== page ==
Partial or even total loss of vision can be an unfortunate side effect of advanced diabetes. A modification of the light probe concept can be used to help blind diabetics perform their own tests of the sugar level in their urine.
Urinary sugar content is ordinarily determined by dipping a strip of test paper into a specimen. Color changes in the paper denote the sugar level. You can detect the color of a test strip by making a light-tight chamber fitted with a cadmiumsulfide photocell and a small lamp. When a test strip is placed in the chamber, the resistance of the photocell will be determined by the color of the strip.
I built a urine-monitoring device similar to this in 1966, and at least one such device is commercially available today. If you want to assemble one for a blind diabetic, spend the time to calibrate it carefully. Make sure the unit can be reliably operated by a blind person. Erroneous readings from the unit could prove extremely hazardous to a person who uses it.
To experiment along these lines, Fig. 5 is the schematic of an elementary circuit with which you can get started. The operational amplifier, operated without a feedback resistor so that it functions as a comparator, has its switching threshold determined by the setting of R3. The photocell is one section of a voltage divider. When the divider output reaches the switching threshold set by R3, the comparator actuates the tone generator made from two of the gates in a 4011.
In using this circuit, the photocell is pointed at an illuminated test strip (you can obtain test paper at a pharmacy). The output of the divider is a voltage representative of the reflectance of the strip. Potentiometer R3 is then adjusted until the tone is heard. Raised markings at predetermined points form a scale for the control knob, which should have a stubby pointer, that a blind person could “read” easily.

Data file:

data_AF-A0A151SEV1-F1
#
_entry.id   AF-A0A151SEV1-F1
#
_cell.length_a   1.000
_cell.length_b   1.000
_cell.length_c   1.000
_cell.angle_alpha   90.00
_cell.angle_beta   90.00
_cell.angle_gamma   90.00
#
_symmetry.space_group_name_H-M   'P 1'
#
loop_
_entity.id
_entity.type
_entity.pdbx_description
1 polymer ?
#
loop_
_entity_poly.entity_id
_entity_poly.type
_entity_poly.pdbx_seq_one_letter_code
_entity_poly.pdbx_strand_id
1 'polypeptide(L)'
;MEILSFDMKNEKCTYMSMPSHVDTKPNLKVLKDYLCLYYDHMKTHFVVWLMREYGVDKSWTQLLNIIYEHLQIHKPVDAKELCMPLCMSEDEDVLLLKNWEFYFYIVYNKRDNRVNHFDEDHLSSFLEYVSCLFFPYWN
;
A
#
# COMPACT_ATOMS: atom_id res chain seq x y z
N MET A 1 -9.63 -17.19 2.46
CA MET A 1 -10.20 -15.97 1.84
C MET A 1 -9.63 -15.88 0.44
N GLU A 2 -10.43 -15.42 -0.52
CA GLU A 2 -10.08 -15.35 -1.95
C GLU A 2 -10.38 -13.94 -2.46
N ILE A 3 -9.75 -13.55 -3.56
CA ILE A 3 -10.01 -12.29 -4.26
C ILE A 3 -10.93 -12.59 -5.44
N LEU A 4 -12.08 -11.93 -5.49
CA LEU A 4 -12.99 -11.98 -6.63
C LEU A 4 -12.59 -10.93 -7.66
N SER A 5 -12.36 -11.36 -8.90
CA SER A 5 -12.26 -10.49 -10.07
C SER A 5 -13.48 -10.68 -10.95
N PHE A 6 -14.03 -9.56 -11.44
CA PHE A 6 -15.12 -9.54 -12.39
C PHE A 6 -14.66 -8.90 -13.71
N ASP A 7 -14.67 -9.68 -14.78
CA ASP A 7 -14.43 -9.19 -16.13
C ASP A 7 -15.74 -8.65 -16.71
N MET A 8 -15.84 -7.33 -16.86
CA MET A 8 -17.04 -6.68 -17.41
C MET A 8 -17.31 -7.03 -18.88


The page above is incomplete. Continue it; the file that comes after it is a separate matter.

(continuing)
Aids for the Deaf. We’ve already discussed the repair of hearing aids. In a pinch, you can actually make a usable hearing aid from a miniature audio-amplifier circuit or a low-cost portable, commercial amplifier and a microphone and earphone. This assembly will be much bulkier than an ordinary hearing aid, and it will pick up rustling clothing noises unless the microphone is mounted in an unobstructed location. It will also be much more subject to acoustic feedback and oscillation, which can be frightening. Such an aid will not necessarily be as good for the amplification of audio frequencies as are the specialized designs of most hearing aids. Nevertheless, it can prove very helpful in an emergency or when a person’s hearing aid is being repaired.
The totally deaf cannot be helped by conventional hearing aids. Ways to signal such people include a light panel, CRT display, or printer.
A simple yes-no signaling system can be made with a tactile stimulator. Such devices can be made from piezoelectric substances which, when electrically stimulated, vibrate or poke against the surface of the skin. A more homely but simpler approach that rarely fails to get a person’s attention is an eccentric weight attached to the shaft of a small dc motor. When the motor spins, the vibrations generated by the offset weight is easily felt.
Copyright by Bill Bytheway, K7TTY February 2012